Smart Environment

Cities need to leverage their constructed infrastructure and natural environments to benefit citizen’s quality of living. Utilizing ICT, sensors, awareness campaigns, and conservation programs will drive transformational culture changes in pollution and waste management. Smart environments will encourage the incorporation of more sustainable design, standards, and management of buildings. Cities need to put greater emphasis on promoting energy efficiency and conservation and the development of renewable energy.

The result of smart environments will lead to the reduction of waste production, monitor and manage pollution, and improve carbon emission rates. The outcome is the integration and optimization of urban planning while improving efficiency and minimize the impact on the environment.

Smart People

Smart people focus on transforming access to public and private sector services for all segments in the society including citizens, businesses, families, investors, employees, and employers. The outcome is a retooling of talents and lifelong learning that promotes an environment of social inclusiveness, creativity, open-mindedness, greater connectedness, resilience, and collaboration. As a result, cities can interact with public and private service providers more easily and confidently.

The objective of smart people is for citizens to interact with service providers and participate with ease and confidence. Smart people focus on lifelong learning from youth to the elderly, focusing on STEM (science, technology, engineering, and mathematics), and eventually leading to the development of innovation and informational technologies. This results in a city environment that embraces changes to equip with new skills for the fast-changing world.

Smart Government

Smart government focuses on the deployment of supporting infrastructure that collects, collates, analyzes, and presents city data to support stakeholders for a more vibrant, dynamic and safe community. The projects are enabled by a city-wide digital framework and infrastructure that facilitates data collected from city infrastructure to support city planning, projects, and related activities. As a result, such projects develop strength among government, citizens, businesses and academics to improve accountability, transparency, engagement, and responsiveness for public services and information.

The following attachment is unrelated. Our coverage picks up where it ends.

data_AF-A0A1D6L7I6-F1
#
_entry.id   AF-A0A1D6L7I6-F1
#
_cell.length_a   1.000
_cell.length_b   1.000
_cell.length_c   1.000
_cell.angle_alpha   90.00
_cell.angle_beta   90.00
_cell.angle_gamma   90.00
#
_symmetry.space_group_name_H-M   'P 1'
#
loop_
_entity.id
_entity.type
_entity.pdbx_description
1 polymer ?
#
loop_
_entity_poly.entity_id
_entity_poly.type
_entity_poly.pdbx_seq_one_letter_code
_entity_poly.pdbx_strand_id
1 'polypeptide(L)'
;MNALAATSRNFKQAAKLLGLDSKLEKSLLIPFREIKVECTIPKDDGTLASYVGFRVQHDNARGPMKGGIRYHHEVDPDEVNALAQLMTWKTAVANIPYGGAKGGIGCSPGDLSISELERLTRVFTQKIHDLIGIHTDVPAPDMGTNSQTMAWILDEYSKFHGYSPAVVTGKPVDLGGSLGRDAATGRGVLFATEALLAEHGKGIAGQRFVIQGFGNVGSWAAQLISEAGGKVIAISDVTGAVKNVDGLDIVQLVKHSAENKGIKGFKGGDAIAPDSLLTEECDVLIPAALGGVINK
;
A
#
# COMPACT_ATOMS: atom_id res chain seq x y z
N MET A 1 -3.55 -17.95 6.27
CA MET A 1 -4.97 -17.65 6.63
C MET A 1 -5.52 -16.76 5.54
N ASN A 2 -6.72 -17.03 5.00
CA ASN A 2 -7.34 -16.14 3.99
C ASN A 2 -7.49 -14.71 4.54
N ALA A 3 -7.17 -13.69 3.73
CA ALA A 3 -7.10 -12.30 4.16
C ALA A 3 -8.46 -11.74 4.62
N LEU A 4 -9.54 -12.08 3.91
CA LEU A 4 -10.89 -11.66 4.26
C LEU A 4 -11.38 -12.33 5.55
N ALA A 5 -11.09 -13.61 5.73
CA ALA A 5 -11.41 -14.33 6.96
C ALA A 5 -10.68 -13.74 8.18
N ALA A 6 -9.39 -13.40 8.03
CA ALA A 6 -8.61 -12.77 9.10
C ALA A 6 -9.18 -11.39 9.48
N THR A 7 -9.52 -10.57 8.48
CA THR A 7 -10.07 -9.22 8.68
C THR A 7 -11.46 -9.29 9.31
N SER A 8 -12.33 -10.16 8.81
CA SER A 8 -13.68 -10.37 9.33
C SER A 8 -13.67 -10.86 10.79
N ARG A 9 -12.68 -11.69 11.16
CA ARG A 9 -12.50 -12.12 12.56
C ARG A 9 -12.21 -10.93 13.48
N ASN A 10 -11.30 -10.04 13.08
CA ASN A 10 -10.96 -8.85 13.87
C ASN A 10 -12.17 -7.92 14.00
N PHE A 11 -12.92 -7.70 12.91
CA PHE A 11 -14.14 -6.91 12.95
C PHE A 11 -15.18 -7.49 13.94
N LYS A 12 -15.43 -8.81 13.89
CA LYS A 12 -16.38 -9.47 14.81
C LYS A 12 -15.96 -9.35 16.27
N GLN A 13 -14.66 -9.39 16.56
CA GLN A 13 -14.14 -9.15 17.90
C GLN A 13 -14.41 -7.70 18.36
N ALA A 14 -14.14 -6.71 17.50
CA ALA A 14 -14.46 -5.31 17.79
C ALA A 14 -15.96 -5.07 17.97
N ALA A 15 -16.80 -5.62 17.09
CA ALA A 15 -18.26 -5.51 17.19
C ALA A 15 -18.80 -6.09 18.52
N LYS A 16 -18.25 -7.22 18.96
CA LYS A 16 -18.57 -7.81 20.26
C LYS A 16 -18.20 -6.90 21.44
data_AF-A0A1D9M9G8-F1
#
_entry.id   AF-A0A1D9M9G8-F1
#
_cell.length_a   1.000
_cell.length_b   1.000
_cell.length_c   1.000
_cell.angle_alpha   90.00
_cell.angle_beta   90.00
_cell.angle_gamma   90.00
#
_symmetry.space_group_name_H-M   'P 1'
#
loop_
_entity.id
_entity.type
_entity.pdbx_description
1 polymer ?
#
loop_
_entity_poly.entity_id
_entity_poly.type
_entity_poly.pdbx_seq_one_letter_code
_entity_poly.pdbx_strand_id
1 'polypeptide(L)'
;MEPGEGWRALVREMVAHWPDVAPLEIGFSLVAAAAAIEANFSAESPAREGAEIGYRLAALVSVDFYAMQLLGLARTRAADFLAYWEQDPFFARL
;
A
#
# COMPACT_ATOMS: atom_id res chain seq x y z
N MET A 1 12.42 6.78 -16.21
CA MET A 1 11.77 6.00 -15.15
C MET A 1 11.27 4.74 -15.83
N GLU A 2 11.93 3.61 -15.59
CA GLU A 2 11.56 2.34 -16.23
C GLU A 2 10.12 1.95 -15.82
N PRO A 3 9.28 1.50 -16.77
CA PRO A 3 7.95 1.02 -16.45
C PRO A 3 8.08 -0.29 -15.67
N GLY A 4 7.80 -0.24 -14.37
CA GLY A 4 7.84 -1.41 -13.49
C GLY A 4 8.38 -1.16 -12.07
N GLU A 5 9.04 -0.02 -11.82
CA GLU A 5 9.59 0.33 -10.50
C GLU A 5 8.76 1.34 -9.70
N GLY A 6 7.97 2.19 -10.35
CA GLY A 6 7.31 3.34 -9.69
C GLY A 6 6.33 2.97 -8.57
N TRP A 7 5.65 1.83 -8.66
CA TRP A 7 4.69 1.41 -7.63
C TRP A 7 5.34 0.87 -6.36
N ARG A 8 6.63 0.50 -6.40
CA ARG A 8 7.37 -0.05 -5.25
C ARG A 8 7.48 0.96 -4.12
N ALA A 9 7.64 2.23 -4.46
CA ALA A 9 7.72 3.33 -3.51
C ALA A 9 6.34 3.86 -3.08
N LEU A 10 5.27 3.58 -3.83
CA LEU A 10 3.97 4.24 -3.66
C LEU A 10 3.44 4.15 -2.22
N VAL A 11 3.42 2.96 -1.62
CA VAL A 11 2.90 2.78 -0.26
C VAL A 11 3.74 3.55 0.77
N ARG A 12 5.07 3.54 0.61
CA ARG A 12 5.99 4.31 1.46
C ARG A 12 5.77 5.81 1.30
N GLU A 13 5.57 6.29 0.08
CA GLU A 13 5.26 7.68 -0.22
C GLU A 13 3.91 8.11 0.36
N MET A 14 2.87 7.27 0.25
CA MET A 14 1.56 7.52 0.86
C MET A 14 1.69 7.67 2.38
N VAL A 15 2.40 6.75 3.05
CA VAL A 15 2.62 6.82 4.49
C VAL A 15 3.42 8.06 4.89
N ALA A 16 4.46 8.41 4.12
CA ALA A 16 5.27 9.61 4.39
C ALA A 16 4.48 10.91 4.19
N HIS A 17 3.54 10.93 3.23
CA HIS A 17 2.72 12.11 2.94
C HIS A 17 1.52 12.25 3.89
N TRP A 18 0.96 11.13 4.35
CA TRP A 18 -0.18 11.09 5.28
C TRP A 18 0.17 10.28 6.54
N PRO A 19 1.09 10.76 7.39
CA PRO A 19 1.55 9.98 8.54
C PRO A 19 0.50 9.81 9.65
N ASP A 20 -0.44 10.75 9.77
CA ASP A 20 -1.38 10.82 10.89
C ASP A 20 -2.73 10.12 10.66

The objectives are to promote the development of e-government related public services, deploy technology infrastructure to support a digital government, and facilitate access to government services.

Smart Economy

Cities should strengthen and transform its economy by promoting start-ups, attract investors, and improve the business climate. Cities need to rebrand and position itself as a leading investment destination and attract talent to the city. Smart economy will improve the cities’ productivity and competitiveness by fostering collaboration among government, citizens, businesses, academia, and non-profit organizations to spur technology and technology products and services. Another way cities can foster a smart economy is to increase the attractiveness as a tourist destination by leveraging innovative and creative measures to facilitate tourist interactions with the city.

The objective is to promote overall business climate and platform for entrepreneurs, technology start-ups and investors. In addition, the city would attract leading talent and develop local academia for future talent while establishing smart city branding to increase cities’ economic vibrancy.

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About KJ Chugh
Head of Smart Cities

KJ Chugh is the Head of Smart Cities for Atos North America. He and his team are relentlessly focused on efforts helping clients with smart city strategies, integrating technologies to benefit users and service providers, and making cities resilient and sustainable with a high livability experience. Prior to Atos, KJ led Nokia’s Smart Cities Business Development practice. Prior to Nokia, KJ managed smart cities strategy engagements for global clients at PwC Consulting where he assisted city governments create smart city strategy and blueprints. KJ has more than 12 years in telecommunications working at AT&T, Motorola and Broadcom Semiconductors. He has an MBA from Carnegie Mellon University and master’s and bachelor’s in electrical engineering from University of Arizona.